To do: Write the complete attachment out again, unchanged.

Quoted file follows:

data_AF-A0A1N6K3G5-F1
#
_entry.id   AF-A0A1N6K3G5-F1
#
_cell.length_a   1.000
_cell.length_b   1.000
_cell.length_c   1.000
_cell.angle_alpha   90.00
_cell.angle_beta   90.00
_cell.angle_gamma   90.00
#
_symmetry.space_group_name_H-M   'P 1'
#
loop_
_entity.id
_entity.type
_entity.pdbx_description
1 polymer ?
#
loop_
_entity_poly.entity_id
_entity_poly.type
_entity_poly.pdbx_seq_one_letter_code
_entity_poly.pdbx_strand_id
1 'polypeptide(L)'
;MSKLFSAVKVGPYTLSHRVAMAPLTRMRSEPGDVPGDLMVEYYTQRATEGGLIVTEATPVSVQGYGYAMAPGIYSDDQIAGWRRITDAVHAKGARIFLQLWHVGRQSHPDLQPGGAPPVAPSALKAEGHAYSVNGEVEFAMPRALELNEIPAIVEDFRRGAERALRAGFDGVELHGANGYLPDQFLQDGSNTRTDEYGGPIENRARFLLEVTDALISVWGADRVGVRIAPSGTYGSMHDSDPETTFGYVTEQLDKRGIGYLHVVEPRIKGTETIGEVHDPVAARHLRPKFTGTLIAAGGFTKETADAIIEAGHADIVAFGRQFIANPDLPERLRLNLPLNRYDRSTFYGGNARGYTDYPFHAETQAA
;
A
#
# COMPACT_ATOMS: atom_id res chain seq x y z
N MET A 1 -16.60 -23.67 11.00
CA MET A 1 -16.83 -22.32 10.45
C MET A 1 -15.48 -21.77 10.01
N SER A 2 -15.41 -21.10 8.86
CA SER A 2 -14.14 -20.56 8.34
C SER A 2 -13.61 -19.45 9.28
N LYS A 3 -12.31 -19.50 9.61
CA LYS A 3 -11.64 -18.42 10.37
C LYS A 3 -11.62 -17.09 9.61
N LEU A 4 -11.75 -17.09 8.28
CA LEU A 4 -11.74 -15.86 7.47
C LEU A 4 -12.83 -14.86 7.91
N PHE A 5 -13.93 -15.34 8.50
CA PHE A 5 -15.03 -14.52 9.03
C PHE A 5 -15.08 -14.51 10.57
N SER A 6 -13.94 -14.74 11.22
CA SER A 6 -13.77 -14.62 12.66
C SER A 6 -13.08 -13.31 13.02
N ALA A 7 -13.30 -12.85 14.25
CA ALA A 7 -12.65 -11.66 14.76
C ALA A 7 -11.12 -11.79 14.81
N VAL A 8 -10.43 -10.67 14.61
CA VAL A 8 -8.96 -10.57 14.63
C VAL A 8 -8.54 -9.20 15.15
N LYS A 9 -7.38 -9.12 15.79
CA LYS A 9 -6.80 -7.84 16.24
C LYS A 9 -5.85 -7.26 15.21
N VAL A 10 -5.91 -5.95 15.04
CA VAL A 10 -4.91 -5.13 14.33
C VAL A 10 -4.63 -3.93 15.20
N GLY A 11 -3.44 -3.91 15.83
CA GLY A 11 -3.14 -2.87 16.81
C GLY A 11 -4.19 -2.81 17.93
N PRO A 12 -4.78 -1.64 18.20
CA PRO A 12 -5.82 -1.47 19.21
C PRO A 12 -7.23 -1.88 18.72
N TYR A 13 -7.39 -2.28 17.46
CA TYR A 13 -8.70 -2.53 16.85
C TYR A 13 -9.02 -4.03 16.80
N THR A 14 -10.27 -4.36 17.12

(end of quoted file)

data_AF-A0A1N6K3G5-F1
#
_entry.id   AF-A0A1N6K3G5-F1
#
_cell.length_a   1.000
_cell.length_b   1.000
_cell.length_c   1.000
_cell.angle_alpha   90.00
_cell.angle_beta   90.00
_cell.angle_gamma   90.00
#
_symmetry.space_group_name_H-M   'P 1'
#
loop_
_entity.id
_entity.type
_entity.pdbx_description
1 polymer ?
#
loop_
_entity_poly.entity_id
_entity_poly.type
_entity_poly.pdbx_seq_one_letter_code
_entity_poly.pdbx_strand_id
1 'polypeptide(L)'
;MSKLFSAVKVGPYTLSHRVAMAPLTRMRSEPGDVPGDLMVEYYTQRATEGGLIVTEATPVSVQGYGYAMAPGIYSDDQIAGWRRITDAVHAKGARIFLQLWHVGRQSHPDLQPGGAPPVAPSALKAEGHAYSVNGEVEFAMPRALELNEIPAIVEDFRRGAERALRAGFDGVELHGANGYLPDQFLQDGSNTRTDEYGGPIENRARFLLEVTDALISVWGADRVGVRIAPSGTYGSMHDSDPETTFGYVTEQLDKRGIGYLHVVEPRIKGTETIGEVHDPVAARHLRPKFTGTLIAAGGFTKETADAIIEAGHADIVAFGRQFIANPDLPERLRLNLPLNRYDRSTFYGGNARGYTDYPFHAETQAA
;
A
#
# COMPACT_ATOMS: atom_id res chain seq x y z
N MET A 1 -16.60 -23.67 11.00
CA MET A 1 -16.83 -22.32 10.45
C MET A 1 -15.48 -21.77 10.01
N SER A 2 -15.41 -21.10 8.86
CA SER A 2 -14.14 -20.56 8.34
C SER A 2 -13.61 -19.45 9.28
N LYS A 3 -12.31 -19.50 9.61
CA LYS A 3 -11.64 -18.42 10.37
C LYS A 3 -11.62 -17.09 9.61
N LEU A 4 -11.75 -17.09 8.28
CA LEU A 4 -11.74 -15.86 7.47
C LEU A 4 -12.83 -14.86 7.91
N PHE A 5 -13.93 -15.34 8.50
CA PHE A 5 -15.03 -14.52 9.03
C PHE A 5 -15.08 -14.51 10.57
N SER A 6 -13.94 -14.74 11.22
CA SER A 6 -13.77 -14.62 12.66
C SER A 6 -13.08 -13.31 13.02
N ALA A 7 -13.30 -12.85 14.25
CA ALA A 7 -12.65 -11.66 14.76
C ALA A 7 -11.12 -11.79 14.81
N VAL A 8 -10.43 -10.67 14.61
CA VAL A 8 -8.96 -10.57 14.63
C VAL A 8 -8.54 -9.20 15.15
N LYS A 9 -7.38 -9.12 15.79
CA LYS A 9 -6.80 -7.84 16.24
C LYS A 9 -5.85 -7.26 15.21
N VAL A 10 -5.91 -5.95 15.04
CA VAL A 10 -4.91 -5.13 14.33
C VAL A 10 -4.63 -3.93 15.20
N GLY A 11 -3.44 -3.91 15.83
CA GLY A 11 -3.14 -2.87 16.81
C GLY A 11 -4.19 -2.81 17.93
N PRO A 12 -4.78 -1.64 18.20
CA PRO A 12 -5.82 -1.47 19.21
C PRO A 12 -7.23 -1.88 18.72
N TYR A 13 -7.39 -2.28 17.46
CA TYR A 13 -8.70 -2.53 16.85
C TYR A 13 -9.02 -4.03 16.80
N THR A 14 -10.27 -4.36 17.12